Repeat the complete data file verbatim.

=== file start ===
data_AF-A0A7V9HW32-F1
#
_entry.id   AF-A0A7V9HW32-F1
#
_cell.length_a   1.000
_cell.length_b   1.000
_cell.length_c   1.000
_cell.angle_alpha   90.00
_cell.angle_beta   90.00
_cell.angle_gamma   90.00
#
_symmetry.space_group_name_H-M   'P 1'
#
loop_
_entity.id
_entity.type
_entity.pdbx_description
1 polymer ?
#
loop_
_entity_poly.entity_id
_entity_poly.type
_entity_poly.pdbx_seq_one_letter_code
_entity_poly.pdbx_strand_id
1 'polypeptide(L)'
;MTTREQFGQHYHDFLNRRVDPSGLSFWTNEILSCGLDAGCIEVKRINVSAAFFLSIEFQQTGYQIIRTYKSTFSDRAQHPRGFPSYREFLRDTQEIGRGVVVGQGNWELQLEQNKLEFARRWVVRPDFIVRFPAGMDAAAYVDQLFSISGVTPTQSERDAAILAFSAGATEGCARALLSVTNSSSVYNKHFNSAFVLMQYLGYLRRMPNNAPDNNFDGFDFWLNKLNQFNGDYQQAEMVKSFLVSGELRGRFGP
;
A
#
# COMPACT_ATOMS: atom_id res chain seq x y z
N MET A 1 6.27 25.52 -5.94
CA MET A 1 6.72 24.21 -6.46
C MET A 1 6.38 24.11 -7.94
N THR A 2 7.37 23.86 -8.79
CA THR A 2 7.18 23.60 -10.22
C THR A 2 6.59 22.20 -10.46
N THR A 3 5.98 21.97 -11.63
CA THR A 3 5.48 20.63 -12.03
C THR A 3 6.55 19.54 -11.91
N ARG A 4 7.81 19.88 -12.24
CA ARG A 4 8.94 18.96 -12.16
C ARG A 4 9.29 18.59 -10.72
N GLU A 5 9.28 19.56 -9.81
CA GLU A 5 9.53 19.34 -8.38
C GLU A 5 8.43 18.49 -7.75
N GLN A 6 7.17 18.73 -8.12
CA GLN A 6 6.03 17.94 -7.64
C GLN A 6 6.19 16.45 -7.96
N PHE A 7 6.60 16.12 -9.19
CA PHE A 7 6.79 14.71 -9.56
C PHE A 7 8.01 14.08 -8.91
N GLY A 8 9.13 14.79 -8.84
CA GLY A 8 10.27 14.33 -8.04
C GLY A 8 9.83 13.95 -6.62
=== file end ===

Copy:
data_AF-A0A7V9HW32-F1
#
_entry.id   AF-A0A7V9HW32-F1
#
_cell.length_a   1.000
_cell.length_b   1.000
_cell.length_c   1.000
_cell.angle_alpha   90.00
_cell.angle_beta   90.00
_cell.angle_gamma   90.00
#
_symmetry.space_group_name_H-M   'P 1'
#
loop_
_entity.id
_entity.type
_entity.pdbx_description
1 polymer ?
#
loop_
_entity_poly.entity_id
_entity_poly.type
_entity_poly.pdbx_seq_one_letter_code
_entity_poly.pdbx_strand_id
1 'polypeptide(L)'
;MTTREQFGQHYHDFLNRRVDPSGLSFWTNEILSCGLDAGCIEVKRINVSAAFFLSIEFQQTGYQIIRTYKSTFSDRAQHPRGFPSYREFLRDTQEIGRGVVVGQGNWELQLEQNKLEFARRWVVRPDFIVRFPAGMDAAAYVDQLFSISGVTPTQSERDAAILAFSAGATEGCARALLSVTNSSSVYNKHFNSAFVLMQYLGYLRRMPNNAPDNNFDGFDFWLNKLNQFNGDYQQAEMVKSFLVSGELRGRFGP
;
A
#
# COMPACT_ATOMS: atom_id res chain seq x y z
N MET A 1 6.27 25.52 -5.94
CA MET A 1 6.72 24.21 -6.46
C MET A 1 6.38 24.11 -7.94
N THR A 2 7.37 23.86 -8.79
CA THR A 2 7.18 23.60 -10.22
C THR A 2 6.59 22.20 -10.46
N THR A 3 5.98 21.97 -11.63
CA THR A 3 5.48 20.63 -12.03
C THR A 3 6.55 19.54 -11.91
N ARG A 4 7.81 19.88 -12.24
CA ARG A 4 8.94 18.96 -12.16
C ARG A 4 9.29 18.59 -10.72
N GLU A 5 9.28 19.56 -9.81
CA GLU A 5 9.53 19.34 -8.38
C GLU A 5 8.43 18.49 -7.75
N GLN A 6 7.17 18.73 -8.12
CA GLN A 6 6.03 17.94 -7.64
C GLN A 6 6.19 16.45 -7.96
N PHE A 7 6.60 16.12 -9.19
CA PHE A 7 6.79 14.71 -9.56
C PHE A 7 8.01 14.08 -8.91
N GLY A 8 9.13 14.79 -8.84
CA GLY A 8 10.27 14.33 -8.04
C GLY A 8 9.83 13.95 -6.62